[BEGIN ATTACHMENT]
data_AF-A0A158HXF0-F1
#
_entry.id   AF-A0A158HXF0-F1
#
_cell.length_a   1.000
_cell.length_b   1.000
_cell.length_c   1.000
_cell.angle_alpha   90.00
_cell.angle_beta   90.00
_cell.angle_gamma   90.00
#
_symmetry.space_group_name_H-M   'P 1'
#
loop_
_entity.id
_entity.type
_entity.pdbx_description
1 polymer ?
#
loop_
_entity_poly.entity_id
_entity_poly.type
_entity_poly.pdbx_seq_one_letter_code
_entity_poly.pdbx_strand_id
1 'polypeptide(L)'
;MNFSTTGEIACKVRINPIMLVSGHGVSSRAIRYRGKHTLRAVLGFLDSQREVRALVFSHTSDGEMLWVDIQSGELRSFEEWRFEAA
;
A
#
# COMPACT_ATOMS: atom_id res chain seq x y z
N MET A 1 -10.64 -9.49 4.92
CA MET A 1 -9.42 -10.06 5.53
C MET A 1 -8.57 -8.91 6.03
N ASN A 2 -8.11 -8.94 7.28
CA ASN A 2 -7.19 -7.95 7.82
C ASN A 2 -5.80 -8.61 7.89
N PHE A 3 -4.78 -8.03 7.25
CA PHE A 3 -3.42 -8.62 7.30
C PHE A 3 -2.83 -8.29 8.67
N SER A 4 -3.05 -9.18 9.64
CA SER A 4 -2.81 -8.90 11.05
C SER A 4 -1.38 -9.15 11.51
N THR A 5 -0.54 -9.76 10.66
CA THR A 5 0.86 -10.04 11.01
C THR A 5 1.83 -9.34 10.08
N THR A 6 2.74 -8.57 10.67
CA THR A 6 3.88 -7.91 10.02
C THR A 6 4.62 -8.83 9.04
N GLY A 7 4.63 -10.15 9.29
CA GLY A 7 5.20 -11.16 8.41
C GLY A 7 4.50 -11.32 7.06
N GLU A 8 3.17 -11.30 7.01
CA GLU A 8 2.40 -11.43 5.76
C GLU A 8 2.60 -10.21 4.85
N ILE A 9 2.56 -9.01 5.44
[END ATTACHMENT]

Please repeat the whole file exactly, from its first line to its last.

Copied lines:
data_AF-A0A158HXF0-F1
#
_entry.id   AF-A0A158HXF0-F1
#
_cell.length_a   1.000
_cell.length_b   1.000
_cell.length_c   1.000
_cell.angle_alpha   90.00
_cell.angle_beta   90.00
_cell.angle_gamma   90.00
#
_symmetry.space_group_name_H-M   'P 1'
#
loop_
_entity.id
_entity.type
_entity.pdbx_description
1 polymer ?
#
loop_
_entity_poly.entity_id
_entity_poly.type
_entity_poly.pdbx_seq_one_letter_code
_entity_poly.pdbx_strand_id
1 'polypeptide(L)'
;MNFSTTGEIACKVRINPIMLVSGHGVSSRAIRYRGKHTLRAVLGFLDSQREVRALVFSHTSDGEMLWVDIQSGELRSFEEWRFEAA
;
A
#
# COMPACT_ATOMS: atom_id res chain seq x y z
N MET A 1 -10.64 -9.49 4.92
CA MET A 1 -9.42 -10.06 5.53
C MET A 1 -8.57 -8.91 6.03
N ASN A 2 -8.11 -8.94 7.28
CA ASN A 2 -7.19 -7.95 7.82
C ASN A 2 -5.80 -8.61 7.89
N PHE A 3 -4.78 -8.03 7.25
CA PHE A 3 -3.42 -8.62 7.30
C PHE A 3 -2.83 -8.29 8.67
N SER A 4 -3.05 -9.18 9.64
CA SER A 4 -2.81 -8.90 11.05
C SER A 4 -1.38 -9.15 11.51
N THR A 5 -0.54 -9.76 10.66
CA THR A 5 0.86 -10.04 11.01
C THR A 5 1.83 -9.34 10.08
N THR A 6 2.74 -8.57 10.67
CA THR A 6 3.88 -7.91 10.02
C THR A 6 4.62 -8.83 9.04
N GLY A 7 4.63 -10.15 9.29
CA GLY A 7 5.20 -11.16 8.41
C GLY A 7 4.50 -11.32 7.06
N GLU A 8 3.17 -11.30 7.01
CA GLU A 8 2.40 -11.43 5.76
C GLU A 8 2.60 -10.21 4.85
N ILE A 9 2.56 -9.01 5.44